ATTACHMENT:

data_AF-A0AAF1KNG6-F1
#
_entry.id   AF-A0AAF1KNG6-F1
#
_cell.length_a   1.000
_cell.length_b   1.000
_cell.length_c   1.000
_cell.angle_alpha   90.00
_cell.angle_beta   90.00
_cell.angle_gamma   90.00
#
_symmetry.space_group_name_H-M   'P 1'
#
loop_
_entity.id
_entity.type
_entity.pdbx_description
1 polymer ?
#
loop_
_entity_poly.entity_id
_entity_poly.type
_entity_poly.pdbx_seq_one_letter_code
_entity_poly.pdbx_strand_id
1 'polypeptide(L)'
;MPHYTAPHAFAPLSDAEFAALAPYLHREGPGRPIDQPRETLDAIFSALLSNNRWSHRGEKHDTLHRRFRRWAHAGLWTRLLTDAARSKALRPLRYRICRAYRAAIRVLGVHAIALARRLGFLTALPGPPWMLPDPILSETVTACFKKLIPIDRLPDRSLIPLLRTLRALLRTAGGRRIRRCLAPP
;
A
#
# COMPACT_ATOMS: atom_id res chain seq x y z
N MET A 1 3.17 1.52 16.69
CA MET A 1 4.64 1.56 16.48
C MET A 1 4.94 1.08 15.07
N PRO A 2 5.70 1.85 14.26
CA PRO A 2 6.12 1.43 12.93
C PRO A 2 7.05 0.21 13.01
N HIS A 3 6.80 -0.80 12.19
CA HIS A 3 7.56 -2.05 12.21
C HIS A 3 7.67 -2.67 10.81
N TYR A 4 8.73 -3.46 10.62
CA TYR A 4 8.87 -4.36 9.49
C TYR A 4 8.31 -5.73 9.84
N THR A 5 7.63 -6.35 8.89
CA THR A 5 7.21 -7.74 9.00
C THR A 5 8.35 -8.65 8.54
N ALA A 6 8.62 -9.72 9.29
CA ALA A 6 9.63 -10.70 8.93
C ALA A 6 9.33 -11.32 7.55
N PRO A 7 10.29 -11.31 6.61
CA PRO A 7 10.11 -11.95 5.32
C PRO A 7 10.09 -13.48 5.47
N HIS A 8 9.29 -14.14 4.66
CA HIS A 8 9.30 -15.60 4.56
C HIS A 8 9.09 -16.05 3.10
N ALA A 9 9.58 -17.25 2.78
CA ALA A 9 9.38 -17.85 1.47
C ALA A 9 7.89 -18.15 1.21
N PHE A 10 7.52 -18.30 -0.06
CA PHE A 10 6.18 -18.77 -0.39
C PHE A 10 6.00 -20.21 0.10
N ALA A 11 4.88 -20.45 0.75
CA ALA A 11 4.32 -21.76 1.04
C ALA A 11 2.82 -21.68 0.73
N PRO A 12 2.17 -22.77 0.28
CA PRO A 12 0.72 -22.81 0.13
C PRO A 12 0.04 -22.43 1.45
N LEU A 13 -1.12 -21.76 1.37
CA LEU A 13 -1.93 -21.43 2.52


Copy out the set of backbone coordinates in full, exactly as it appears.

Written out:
data_AF-A0AAF1KNG6-F1
#
_entry.id   AF-A0AAF1KNG6-F1
#
_cell.length_a   1.000
_cell.length_b   1.000
_cell.length_c   1.000
_cell.angle_alpha   90.00
_cell.angle_beta   90.00
_cell.angle_gamma   90.00
#
_symmetry.space_group_name_H-M   'P 1'
#
loop_
_entity.id
_entity.type
_entity.pdbx_description
1 polymer ?
#
loop_
_entity_poly.entity_id
_entity_poly.type
_entity_poly.pdbx_seq_one_letter_code
_entity_poly.pdbx_strand_id
1 'polypeptide(L)'
;MPHYTAPHAFAPLSDAEFAALAPYLHREGPGRPIDQPRETLDAIFSALLSNNRWSHRGEKHDTLHRRFRRWAHAGLWTRLLTDAARSKALRPLRYRICRAYRAAIRVLGVHAIALARRLGFLTALPGPPWMLPDPILSETVTACFKKLIPIDRLPDRSLIPLLRTLRALLRTAGGRRIRRCLAPP
;
A
#
# COMPACT_ATOMS: atom_id res chain seq x y z
N MET A 1 3.17 1.52 16.69
CA MET A 1 4.64 1.56 16.48
C MET A 1 4.94 1.08 15.07
N PRO A 2 5.70 1.85 14.26
CA PRO A 2 6.12 1.43 12.93
C PRO A 2 7.05 0.21 13.01
N HIS A 3 6.80 -0.80 12.19
CA HIS A 3 7.56 -2.05 12.21
C HIS A 3 7.67 -2.67 10.81
N TYR A 4 8.73 -3.46 10.62
CA TYR A 4 8.87 -4.36 9.49
C TYR A 4 8.31 -5.73 9.84
N THR A 5 7.63 -6.35 8.89
CA THR A 5 7.21 -7.74 9.00
C THR A 5 8.35 -8.65 8.54
N ALA A 6 8.62 -9.72 9.29
CA ALA A 6 9.63 -10.70 8.93
C ALA A 6 9.33 -11.32 7.55
N PRO A 7 10.29 -11.31 6.61
CA PRO A 7 10.11 -11.95 5.32
C PRO A 7 10.09 -13.48 5.47
N HIS A 8 9.29 -14.14 4.66
CA HIS A 8 9.30 -15.60 4.56
C HIS A 8 9.09 -16.05 3.10
N ALA A 9 9.58 -17.25 2.78
CA ALA A 9 9.38 -17.85 1.47
C ALA A 9 7.89 -18.15 1.21
N PHE A 10 7.52 -18.30 -0.06
CA PHE A 10 6.18 -18.77 -0.39
C PHE A 10 6.00 -20.21 0.10
N ALA A 11 4.88 -20.45 0.75
CA ALA A 11 4.32 -21.76 1.04
C ALA A 11 2.82 -21.68 0.73
N PRO A 12 2.17 -22.77 0.28
CA PRO A 12 0.72 -22.81 0.13
C PRO A 12 0.04 -22.43 1.45
N LEU A 13 -1.12 -21.76 1.37
CA LEU A 13 -1.93 -21.43 2.52